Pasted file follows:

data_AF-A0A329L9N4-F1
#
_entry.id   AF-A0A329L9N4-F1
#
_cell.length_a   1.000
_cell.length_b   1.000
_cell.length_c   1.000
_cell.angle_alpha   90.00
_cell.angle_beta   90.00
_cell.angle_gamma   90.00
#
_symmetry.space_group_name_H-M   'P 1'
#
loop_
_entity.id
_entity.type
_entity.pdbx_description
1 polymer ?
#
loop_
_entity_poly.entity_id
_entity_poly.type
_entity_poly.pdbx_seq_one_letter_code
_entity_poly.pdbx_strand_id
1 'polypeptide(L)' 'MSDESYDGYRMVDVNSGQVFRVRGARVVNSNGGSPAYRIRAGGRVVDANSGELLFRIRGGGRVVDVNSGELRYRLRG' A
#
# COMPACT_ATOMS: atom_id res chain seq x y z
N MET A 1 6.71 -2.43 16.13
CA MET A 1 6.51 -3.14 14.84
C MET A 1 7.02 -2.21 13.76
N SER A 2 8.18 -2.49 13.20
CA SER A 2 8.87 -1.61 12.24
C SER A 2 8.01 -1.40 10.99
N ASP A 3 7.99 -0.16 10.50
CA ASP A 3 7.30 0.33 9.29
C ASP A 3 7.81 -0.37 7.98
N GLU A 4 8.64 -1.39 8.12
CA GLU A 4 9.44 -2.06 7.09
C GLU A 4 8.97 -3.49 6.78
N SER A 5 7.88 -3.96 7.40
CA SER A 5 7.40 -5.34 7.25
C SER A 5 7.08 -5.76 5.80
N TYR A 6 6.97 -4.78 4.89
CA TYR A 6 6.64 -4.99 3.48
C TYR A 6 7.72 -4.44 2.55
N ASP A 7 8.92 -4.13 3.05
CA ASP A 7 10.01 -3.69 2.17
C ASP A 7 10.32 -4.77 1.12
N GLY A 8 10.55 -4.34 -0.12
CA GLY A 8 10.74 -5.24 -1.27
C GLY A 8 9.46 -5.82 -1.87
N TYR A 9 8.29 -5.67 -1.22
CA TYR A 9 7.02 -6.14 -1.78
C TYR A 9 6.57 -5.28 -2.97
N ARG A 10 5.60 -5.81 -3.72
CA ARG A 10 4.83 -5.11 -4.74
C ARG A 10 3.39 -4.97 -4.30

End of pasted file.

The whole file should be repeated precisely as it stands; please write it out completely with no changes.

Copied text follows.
data_AF-A0A329L9N4-F1
#
_entry.id   AF-A0A329L9N4-F1
#
_cell.length_a   1.000
_cell.length_b   1.000
_cell.length_c   1.000
_cell.angle_alpha   90.00
_cell.angle_beta   90.00
_cell.angle_gamma   90.00
#
_symmetry.space_group_name_H-M   'P 1'
#
loop_
_entity.id
_entity.type
_entity.pdbx_description
1 polymer ?
#
loop_
_entity_poly.entity_id
_entity_poly.type
_entity_poly.pdbx_seq_one_letter_code
_entity_poly.pdbx_strand_id
1 'polypeptide(L)' 'MSDESYDGYRMVDVNSGQVFRVRGARVVNSNGGSPAYRIRAGGRVVDANSGELLFRIRGGGRVVDVNSGELRYRLRG' A
#
# COMPACT_ATOMS: atom_id res chain seq x y z
N MET A 1 6.71 -2.43 16.13
CA MET A 1 6.51 -3.14 14.84
C MET A 1 7.02 -2.21 13.76
N SER A 2 8.18 -2.49 13.20
CA SER A 2 8.87 -1.61 12.24
C SER A 2 8.01 -1.40 10.99
N ASP A 3 7.99 -0.16 10.50
CA ASP A 3 7.30 0.33 9.29
C ASP A 3 7.81 -0.37 7.98
N GLU A 4 8.64 -1.39 8.12
CA GLU A 4 9.44 -2.06 7.09
C GLU A 4 8.97 -3.49 6.78
N SER A 5 7.88 -3.96 7.40
CA SER A 5 7.40 -5.34 7.25
C SER A 5 7.08 -5.76 5.80
N TYR A 6 6.97 -4.78 4.89
CA TYR A 6 6.64 -4.99 3.48
C TYR A 6 7.72 -4.44 2.55
N ASP A 7 8.92 -4.13 3.05
CA ASP A 7 10.01 -3.69 2.17
C ASP A 7 10.32 -4.77 1.12
N GLY A 8 10.55 -4.34 -0.12
CA GLY A 8 10.74 -5.24 -1.27
C GLY A 8 9.46 -5.82 -1.87
N TYR A 9 8.29 -5.67 -1.22
CA TYR A 9 7.02 -6.14 -1.78
C TYR A 9 6.57 -5.28 -2.97
N ARG A 10 5.60 -5.81 -3.72
CA ARG A 10 4.83 -5.11 -4.74
C ARG A 10 3.39 -4.97 -4.30